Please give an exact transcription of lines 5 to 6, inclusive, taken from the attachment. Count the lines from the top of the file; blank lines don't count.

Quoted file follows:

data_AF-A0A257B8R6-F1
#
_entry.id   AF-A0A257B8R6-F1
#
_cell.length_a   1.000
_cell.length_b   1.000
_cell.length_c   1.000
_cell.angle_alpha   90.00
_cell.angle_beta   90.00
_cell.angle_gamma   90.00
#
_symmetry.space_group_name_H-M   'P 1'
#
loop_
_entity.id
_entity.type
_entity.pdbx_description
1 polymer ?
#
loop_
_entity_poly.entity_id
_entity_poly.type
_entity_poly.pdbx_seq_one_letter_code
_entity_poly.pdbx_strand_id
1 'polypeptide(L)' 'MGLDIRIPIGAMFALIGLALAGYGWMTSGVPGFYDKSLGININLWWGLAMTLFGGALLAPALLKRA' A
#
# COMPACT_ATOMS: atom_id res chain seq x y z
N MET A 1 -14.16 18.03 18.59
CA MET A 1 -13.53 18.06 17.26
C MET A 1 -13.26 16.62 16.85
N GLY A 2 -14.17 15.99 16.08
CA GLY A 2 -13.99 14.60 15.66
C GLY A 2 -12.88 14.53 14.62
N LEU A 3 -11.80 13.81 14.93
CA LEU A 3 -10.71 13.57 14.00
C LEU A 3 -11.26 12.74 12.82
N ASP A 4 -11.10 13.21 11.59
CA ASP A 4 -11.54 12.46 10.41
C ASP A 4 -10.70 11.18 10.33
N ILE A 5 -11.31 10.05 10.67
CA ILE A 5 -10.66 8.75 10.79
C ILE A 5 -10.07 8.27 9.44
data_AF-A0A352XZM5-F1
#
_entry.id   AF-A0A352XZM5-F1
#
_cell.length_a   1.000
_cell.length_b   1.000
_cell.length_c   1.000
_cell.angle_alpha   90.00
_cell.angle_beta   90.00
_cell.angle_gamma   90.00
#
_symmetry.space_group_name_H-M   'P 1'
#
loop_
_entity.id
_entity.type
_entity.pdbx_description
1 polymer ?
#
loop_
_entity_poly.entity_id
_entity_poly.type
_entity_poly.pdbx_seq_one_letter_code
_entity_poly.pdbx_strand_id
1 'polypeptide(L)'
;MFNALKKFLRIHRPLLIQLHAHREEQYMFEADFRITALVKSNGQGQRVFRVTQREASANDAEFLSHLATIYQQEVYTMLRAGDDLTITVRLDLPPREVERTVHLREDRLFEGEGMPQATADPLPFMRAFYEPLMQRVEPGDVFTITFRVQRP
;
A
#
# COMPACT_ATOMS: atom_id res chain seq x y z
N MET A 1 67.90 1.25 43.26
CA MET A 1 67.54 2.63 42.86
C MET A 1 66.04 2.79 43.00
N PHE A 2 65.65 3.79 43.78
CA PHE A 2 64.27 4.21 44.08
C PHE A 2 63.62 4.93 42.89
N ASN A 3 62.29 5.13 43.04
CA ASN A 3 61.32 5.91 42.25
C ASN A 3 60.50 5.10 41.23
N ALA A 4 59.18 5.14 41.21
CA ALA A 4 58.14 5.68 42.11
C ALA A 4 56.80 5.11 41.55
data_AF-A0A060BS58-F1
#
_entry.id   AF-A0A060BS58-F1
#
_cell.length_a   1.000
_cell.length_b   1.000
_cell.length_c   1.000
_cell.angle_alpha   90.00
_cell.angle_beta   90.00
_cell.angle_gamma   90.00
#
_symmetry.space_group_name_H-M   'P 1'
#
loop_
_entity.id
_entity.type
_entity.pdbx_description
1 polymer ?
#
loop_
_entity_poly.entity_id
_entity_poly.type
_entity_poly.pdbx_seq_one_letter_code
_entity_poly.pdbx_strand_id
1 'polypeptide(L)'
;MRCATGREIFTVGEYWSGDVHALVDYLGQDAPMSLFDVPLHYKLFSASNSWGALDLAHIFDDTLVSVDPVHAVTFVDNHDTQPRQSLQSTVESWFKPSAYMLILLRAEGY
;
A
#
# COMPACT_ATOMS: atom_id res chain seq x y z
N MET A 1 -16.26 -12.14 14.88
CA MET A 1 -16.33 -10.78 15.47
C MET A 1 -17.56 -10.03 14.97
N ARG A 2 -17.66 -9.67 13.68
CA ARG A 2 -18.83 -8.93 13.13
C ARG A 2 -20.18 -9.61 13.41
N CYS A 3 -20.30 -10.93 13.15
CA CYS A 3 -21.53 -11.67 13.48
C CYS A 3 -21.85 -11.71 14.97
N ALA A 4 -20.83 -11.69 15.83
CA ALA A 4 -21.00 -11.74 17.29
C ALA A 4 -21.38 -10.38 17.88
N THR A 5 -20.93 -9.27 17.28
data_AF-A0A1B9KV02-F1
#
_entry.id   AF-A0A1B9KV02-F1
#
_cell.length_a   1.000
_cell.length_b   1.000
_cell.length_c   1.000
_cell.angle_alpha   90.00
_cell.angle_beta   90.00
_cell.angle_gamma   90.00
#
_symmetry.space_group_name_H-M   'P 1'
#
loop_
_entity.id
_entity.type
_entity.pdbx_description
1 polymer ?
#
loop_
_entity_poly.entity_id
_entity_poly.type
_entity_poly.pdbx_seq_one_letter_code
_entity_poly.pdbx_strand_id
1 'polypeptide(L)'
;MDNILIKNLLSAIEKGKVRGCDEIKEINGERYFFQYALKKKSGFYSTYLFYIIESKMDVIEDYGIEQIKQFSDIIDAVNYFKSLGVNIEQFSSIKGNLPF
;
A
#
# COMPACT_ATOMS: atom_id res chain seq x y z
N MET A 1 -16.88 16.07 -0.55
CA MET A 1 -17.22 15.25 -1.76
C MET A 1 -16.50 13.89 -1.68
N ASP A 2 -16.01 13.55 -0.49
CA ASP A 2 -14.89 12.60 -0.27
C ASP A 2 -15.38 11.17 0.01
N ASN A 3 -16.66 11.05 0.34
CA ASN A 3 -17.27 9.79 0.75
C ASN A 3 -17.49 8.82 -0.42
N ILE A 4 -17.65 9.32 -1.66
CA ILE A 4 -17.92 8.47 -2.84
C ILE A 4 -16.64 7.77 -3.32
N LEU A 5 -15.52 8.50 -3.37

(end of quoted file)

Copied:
_cell.length_a   1.000
_cell.length_b   1.000